Odie would start eating for a few weeks, but he was still having on/off diarrhea. After several months (and several thousand dollars later) it was determined that Odie had food sensitivities and would need a special diet for at least the next 8 months. I remember the call from the vet. My husband and I were driving to Alderbrook Lodge for one night away after a very long year. The look on his face when I told him the vet said Odie needed to be on a special diet for the next year was priceless. I thought he was going to lose it but he held it together really well. Thank god I married a saint who takes every challenge thrown his way with a grain of salt and a foamy beer.


If you’ve read any of my blogs, you know I’ve been battling Small Intestinal Bacterial Overgrowth (SIBO) for over three years now. It’s a horrible stomach bug that it very hard to get rid of. It causes bloating, burping, stomach pain, gas, constipation, diarrhea, fatigue and all sorts of other fun issues. I’ve been on multiple rounds of antibiotics, thousands of dollars in herbal supplements and remedies and every diet imaginable to try to get rid of this bug. And I’m still battling it (but not giving up).


Like pup, like owner they say. I was never a big believer in fate or the universe and I’m not an overly religious person, but I do think there was a higher power at work when Odie was brought into our lives. We’ve had him now for 7 months and we’ve spent a good portion of that time at the vet trying to figure out what’s wrong. I can imagine after what we’ve been through some dog owners would give up and either send their pup back to the breeder or rehome them. It hasn’t been easy and it’s cost us a lot, but he’s part of our family and I refuse to give up on him, because I can 100% relate to what he’s going through.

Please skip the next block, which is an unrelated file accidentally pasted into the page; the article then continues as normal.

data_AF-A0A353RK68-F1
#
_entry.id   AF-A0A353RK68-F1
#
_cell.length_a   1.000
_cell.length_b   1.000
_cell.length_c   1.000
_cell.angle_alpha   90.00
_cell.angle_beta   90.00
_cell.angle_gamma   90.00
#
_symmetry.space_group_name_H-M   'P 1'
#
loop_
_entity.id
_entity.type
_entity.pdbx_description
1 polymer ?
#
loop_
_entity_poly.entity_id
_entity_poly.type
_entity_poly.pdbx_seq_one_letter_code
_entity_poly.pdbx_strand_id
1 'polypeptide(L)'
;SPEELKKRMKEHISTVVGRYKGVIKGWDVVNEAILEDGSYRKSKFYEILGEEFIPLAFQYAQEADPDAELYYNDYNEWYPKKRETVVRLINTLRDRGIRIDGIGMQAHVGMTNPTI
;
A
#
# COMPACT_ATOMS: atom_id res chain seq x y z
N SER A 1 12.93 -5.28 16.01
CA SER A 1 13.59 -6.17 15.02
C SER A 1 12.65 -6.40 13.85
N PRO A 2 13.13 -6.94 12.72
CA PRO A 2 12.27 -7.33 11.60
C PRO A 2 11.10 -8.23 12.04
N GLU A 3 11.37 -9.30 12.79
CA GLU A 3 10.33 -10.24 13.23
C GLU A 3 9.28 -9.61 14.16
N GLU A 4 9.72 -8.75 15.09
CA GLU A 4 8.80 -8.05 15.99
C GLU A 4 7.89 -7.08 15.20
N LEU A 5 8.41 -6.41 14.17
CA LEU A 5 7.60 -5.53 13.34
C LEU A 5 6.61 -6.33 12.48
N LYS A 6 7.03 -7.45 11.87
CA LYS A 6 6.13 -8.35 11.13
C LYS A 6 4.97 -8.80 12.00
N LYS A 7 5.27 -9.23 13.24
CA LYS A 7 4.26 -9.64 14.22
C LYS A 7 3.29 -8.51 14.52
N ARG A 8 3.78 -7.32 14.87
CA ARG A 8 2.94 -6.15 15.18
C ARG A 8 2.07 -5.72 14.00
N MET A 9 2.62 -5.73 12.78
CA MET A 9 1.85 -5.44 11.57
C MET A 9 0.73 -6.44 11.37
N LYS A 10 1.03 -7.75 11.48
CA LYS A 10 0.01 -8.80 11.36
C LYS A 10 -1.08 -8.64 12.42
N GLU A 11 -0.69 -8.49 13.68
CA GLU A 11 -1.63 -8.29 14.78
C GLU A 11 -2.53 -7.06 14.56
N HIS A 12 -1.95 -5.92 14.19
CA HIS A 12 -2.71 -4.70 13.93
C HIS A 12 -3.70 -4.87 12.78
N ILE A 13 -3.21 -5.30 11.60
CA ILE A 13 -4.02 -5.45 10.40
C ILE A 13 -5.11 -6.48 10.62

As it turns out Odie has pretty severe food allergies and a sensitive stomach. We’ve finally figured out that a combination of a good probiotic, a ridiculously expensive hydrolyzed protein dog food diet, sweet potatoes and marshmallows are the only things that Odie can eat without returning to his old symptoms. If he deviates from his diet at all, whether he jumps on the counter and devours the last half of my Chicken Pho or eats a pile of goose poop on our walk, it’s three to four days of pure hell for him (and us).


Do I regret getting our puppy? Not in a million years. When I’m not feeling well, Odie lays by my side. When I need a laugh, I just have to watch videos of Odie running through the snow during our winter vacation. When I want someone to snuggle with and neither of my kids are around, the 45lb fur ball puppy is happy to oblige.

Would I do things differently next time? Probably. Seriously, do your research, find a reputable breeder and get on their wait list. A wait list is a good thing.


Stay tuned for my next blog where I'm going to update you on my progress with my COVID Long Haul and SIBO. I'm at the end of my functional medicine treatment and will be sharing with you what the outcome was.


Until then,

XOXO Carri E.